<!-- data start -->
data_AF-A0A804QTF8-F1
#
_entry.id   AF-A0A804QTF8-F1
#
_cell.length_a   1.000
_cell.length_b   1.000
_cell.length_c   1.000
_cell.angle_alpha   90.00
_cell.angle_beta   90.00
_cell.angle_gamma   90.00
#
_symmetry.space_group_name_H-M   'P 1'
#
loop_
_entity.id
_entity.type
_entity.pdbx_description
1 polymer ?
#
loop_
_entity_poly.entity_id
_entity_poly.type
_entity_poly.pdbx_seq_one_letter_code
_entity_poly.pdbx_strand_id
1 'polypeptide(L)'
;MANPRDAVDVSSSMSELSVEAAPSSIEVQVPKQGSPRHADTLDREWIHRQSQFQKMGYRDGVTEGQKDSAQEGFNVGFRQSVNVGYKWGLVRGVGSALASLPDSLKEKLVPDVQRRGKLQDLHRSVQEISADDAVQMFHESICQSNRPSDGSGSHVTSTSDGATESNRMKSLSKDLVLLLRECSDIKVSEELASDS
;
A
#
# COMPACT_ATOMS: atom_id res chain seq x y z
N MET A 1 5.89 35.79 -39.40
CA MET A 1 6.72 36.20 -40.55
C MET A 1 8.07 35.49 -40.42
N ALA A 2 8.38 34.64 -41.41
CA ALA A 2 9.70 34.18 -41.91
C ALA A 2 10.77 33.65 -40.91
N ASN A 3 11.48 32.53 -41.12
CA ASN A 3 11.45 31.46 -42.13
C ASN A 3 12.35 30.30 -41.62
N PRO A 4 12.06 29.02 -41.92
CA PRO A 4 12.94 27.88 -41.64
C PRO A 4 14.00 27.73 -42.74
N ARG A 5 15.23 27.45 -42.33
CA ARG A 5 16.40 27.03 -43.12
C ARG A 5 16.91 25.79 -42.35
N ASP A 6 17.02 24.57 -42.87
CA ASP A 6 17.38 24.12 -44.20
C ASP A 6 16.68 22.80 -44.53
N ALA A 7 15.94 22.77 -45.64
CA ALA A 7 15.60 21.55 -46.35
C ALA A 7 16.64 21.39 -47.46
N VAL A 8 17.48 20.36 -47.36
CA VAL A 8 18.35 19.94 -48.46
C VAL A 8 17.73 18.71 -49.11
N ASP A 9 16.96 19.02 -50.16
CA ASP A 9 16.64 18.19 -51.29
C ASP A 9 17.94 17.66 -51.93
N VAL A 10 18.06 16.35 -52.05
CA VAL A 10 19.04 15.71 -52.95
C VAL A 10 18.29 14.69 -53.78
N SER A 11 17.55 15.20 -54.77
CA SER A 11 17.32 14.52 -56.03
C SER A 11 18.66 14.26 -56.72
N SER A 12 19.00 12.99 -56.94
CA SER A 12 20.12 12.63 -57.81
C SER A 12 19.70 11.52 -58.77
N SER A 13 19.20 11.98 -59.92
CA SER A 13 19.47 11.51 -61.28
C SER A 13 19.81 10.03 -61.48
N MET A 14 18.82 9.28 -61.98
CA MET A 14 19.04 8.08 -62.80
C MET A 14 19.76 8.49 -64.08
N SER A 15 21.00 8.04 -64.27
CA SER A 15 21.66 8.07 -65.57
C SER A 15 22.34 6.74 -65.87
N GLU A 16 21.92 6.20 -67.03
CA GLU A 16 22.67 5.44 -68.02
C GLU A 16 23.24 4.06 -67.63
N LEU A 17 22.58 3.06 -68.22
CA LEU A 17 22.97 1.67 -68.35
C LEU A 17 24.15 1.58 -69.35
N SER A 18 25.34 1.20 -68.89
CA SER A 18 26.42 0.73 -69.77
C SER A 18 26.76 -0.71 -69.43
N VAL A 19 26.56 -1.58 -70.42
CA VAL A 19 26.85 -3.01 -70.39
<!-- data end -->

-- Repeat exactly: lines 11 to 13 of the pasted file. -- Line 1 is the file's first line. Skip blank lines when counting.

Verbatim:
#
_symmetry.space_group_name_H-M   'P 1'
#